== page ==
After a hearing, the United States Bankruptcy Court for the District of Nevada entered an order overruling the Trustee's objection. The court found that Nevada law allows a debtor to claim motor vehicle and wildcard exemptions on behalf of a non-debtor spouse, which, in effect, doubled Fox's exemptions. The Trustee timely appealed to the United States Bankruptcy Appellate Panel of the Ninth Circuit. Because Nevada has opted out of the federal exemption scheme, Nevada's judgment debtor exemption law applies, 11 U.S.C. 522(b); NRS 21.090(3), and the Bankruptcy Appellate Panel has sought a ruling from this court regarding whether, under Nevada law, judgment debtors are allowed to claim exemptions on behalf of non-debtor spouses. In particular, it requests a definitive construction of Nevada's motor vehicle and wildcard exemption provisions, NRS 21.090(1)(f) and (z). The Bankruptcy Appellate Panel stayed the proceedings before it until our resolution of the certified question.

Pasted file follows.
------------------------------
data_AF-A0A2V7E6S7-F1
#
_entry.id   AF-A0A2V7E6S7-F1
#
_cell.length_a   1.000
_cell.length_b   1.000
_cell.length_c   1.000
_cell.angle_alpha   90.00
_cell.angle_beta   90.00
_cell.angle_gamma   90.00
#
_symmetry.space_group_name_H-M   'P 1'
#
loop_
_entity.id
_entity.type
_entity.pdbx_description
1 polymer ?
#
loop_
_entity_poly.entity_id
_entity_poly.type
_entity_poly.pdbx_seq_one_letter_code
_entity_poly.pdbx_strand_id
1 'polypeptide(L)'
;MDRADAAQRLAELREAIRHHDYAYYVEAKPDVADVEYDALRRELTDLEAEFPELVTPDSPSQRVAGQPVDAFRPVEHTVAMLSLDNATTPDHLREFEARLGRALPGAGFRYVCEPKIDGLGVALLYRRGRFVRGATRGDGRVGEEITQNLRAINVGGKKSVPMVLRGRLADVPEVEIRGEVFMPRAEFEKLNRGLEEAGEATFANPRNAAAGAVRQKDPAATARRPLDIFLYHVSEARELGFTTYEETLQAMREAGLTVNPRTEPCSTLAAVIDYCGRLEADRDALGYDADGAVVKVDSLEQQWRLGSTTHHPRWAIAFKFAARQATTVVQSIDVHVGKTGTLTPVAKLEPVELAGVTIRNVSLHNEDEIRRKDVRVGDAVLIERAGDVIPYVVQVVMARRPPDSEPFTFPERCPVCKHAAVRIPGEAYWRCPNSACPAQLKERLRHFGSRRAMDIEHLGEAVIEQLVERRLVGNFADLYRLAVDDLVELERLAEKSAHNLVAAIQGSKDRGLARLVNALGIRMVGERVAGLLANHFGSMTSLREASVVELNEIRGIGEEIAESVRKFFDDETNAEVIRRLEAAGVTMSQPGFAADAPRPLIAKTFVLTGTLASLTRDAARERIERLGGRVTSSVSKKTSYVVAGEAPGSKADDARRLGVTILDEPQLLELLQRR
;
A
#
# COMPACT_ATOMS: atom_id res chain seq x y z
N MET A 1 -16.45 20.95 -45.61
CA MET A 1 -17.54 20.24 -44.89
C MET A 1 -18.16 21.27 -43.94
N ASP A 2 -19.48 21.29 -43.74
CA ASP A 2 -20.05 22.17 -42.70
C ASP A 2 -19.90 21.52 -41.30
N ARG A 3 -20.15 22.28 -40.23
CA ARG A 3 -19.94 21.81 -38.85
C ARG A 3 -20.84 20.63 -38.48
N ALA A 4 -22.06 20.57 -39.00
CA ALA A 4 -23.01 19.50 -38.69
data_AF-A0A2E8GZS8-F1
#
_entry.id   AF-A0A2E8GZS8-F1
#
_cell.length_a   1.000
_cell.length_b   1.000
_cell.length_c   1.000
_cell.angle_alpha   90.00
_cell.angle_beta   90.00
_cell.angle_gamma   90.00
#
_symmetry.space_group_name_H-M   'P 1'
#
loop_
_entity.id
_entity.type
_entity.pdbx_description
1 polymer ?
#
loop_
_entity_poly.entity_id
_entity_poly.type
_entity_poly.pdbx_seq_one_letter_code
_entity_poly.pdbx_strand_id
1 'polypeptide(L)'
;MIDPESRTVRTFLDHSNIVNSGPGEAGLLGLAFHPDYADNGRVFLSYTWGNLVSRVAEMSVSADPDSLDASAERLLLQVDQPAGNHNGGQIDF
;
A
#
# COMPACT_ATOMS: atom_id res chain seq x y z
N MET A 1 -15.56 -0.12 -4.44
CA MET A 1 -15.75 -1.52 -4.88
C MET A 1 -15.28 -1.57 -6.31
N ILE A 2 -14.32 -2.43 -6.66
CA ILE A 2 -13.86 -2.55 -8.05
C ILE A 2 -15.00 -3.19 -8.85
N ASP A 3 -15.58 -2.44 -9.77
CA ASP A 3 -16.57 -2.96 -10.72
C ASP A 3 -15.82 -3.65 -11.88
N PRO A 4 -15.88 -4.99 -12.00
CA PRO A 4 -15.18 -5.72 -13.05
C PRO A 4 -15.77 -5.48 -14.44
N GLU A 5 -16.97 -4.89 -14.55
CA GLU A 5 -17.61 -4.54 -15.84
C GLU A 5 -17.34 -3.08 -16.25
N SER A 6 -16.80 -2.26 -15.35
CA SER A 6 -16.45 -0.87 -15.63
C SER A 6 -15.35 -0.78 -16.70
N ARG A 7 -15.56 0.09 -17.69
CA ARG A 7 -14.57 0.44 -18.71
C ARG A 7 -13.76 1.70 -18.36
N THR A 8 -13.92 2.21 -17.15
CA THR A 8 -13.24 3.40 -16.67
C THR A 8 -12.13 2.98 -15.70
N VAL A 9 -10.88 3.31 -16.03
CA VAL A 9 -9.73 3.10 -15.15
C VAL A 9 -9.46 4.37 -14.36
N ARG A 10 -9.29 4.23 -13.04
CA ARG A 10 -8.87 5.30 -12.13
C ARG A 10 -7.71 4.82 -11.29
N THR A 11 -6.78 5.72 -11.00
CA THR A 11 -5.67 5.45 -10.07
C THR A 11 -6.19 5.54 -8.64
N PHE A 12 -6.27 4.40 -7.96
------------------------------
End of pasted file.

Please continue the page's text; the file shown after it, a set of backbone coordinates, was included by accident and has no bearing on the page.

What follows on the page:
We have decided to consider the certified question. See NRAP 5(a); Volvo Cars of N. Am., Inc. v. Ricci, 122 Nev. 746, 750-51, 137 P.3d 1161, 1164 (2006) (in determining whether to exercise its discretion to consider certified questions, this court looks to whether the "answers may 'be determinative' of part of the federal case, there is no controlling [Nevada] precedent, and the answer will help settle important questions of law" (quoting Ventura Grp. Ventures, Inc. v. Ventura Port Dist., 16 P.3d 717, 719 (Cal. 2001))).